People + Place = Prosperity Accelerated

LIIF's investments help people jump-start and accelerate efforts to transform their neighborhoods and lives. Working together with partners across sectors, geographies and generations, LIIF seeks to make measurable, long-lasting impact in the communities we serve. Over the last 30 years, LIIF has worked with thousands of community partners, created more than $30 billion in social value and improved the lives of more than 1.7 million low income people. Ensuring our nation’s prosperity means creating opportunity for everyone. This is LIIF's legacy and the vision that will guide us during our next three decades of impact.

Joint Letter from LIIF’s Chair and President/CEO

Dear Friends:

This year marks the Low Income Investment Fund’s (LIIF’s) 30th anniversary. One measure of our impact over those 30 years stands out—the $30 billion in social value LIIF created by investing $1.5 billion. For every dollar LIIF has invested, we have generated $20 of benefits for our nation and for America’s most vulnerable families and communities. That translates into more money for household grocery budgets and rent, future earnings for students and dollars saved thanks to healthier lives. Ultimately, $30 billion in 30 years means more prosperity for the 1.7 million people we have served.

LIIF believes that we all benefit when more people are healthy, employed and living in thriving neighborhoods. To achieve this vision, we have committed to accelerating progress and innovation for LIIF and the places we work. Our investments continue to reach into new geographies and new sectors, and now touch the lives of half the country’s poor.

We continue to build on the momentum created by our What Works initiative and its message of investing in what works for America’s communities. This year, LIIF was proud to be asked to advise President Obama on his “ladders of opportunity” concepts for creating economic opportunity and revitalizing communities. We were also honored to be mentioned by Federal Reserve Board Chair Janet Yellen in her first public speech. We recognize that greater progress requires our sector to be able to demonstrate the impact of its investments on people and places. To this end, LIIF developed and launched the Social Impact Calculator in 2014 as a shared, open-source tool that monetizes the social value of community investments.

LIIF believes that we all benefit when more people are healthy, employed and living in thriving neighborhoods. To achieve this vision, we have committed to accelerating progress and innovation for LIIF and the places we work.

We are excited by LIIF’s trajectory, by our growth and what it means for our ability to increase the scale, scope and impact of our work. We are in one of the strongest and most productive periods of our history. For the second consecutive year, LIIF invested over $200 million in community capital. More collaboration with partners has enabled LIIF to mobilize more capital for more communities. By working with the Community Reinvestment Fund, Capital Impact Partners, IFF and The Reinvestment Fund (TRF), LIIF and its partners received a $200 million Community Development Financial Institutions Bond award, the largest award to date. We also launched the $130 million Collaborative for Healthy Communities, a partnership to support health centers with Goldman Sachs Urban Investment Group, The Kresge Foundation, Primary Care Development Corporation, Rockefeller Foundation and TRF.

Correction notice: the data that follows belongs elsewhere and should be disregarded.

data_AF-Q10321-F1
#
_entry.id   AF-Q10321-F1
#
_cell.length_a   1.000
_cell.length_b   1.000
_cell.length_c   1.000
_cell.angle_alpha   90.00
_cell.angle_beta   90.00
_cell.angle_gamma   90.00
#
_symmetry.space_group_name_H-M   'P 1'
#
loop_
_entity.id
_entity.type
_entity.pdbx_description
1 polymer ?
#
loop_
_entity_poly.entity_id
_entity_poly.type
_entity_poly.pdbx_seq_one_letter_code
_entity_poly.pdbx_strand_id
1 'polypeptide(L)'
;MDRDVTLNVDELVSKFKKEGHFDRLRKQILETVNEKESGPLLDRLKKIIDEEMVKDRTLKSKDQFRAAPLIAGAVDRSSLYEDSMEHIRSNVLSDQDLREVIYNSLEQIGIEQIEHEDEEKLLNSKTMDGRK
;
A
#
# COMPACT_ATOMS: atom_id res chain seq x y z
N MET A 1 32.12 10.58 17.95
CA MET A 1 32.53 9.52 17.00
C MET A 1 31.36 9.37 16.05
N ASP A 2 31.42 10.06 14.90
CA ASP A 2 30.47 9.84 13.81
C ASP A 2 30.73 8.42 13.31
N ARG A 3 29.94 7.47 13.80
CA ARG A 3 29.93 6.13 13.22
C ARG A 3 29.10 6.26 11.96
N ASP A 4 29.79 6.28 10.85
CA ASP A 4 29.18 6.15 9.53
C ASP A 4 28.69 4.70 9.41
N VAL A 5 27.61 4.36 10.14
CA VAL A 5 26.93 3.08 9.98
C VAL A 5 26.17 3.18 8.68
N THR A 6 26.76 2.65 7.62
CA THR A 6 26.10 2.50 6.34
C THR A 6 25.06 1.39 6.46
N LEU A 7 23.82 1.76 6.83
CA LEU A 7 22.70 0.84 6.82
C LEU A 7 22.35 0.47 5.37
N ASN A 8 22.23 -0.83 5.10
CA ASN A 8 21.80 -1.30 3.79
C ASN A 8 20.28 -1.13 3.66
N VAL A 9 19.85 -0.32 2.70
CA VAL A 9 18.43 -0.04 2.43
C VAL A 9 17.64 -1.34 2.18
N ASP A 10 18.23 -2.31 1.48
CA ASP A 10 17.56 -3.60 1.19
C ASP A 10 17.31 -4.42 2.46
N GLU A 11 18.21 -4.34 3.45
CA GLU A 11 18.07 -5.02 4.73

Thirty billion dollars of impact in 30 years represents real, meaningful change for families and neighborhoods.  But we know that achieving our mission will require continuing to challenge old assumptions, taking new risks, answering tough questions and advancing our integrated vision.  By encouraging others to join us in approaches that link people and places, support long-term investments and demonstrate measurable results, we can accelerate our efforts to create prosperity for all.


Dan Letendre
Dan Letendre, Chair of the Board

Nancy O. Andrews
Nancy O. Andrews, President and CEO

Measuring Our Success

Over the past 30 years, LIIF has invested $1.5 billion dollars and served 1.7 million people. In the last 10 years, we have doubled our capital impact and tripled our human impact. LIIF is now measuring our social impact through the value our investments create for the families and communities we serve. Our investments across our five impact pathways have generated more than $30 billion in social value.

30 Years Adds Up to Impact

Healthy Food + Health Services + Economic Realization = A local job for Jerry and apples for Knickolas

square feet of healthy food space
jobs supported

Nojaim Brothers Supermarket, Syracuse, NY

Located in the Near Westside community of Syracuse, New York, Nojaim Brothers Supermarket is a family-owned grocery that has been a neighborhood anchor, an employer and a provider of locally-sourced healthy food for residents for over 90 years. Like many other cities that lost large industries, Syracuse and specifically, the Near Westside neighborhood, faced decades of disinvestment and population decline. Today, more than 40% of community lives in poverty and residents face limited access to affordable and healthy food. The Near Westside Initiative is a local coalition of public agencies, Syracuse University, nonprofits and local businesses like Nojaim Brothers Supermarket that is working to revitalize the neighborhood.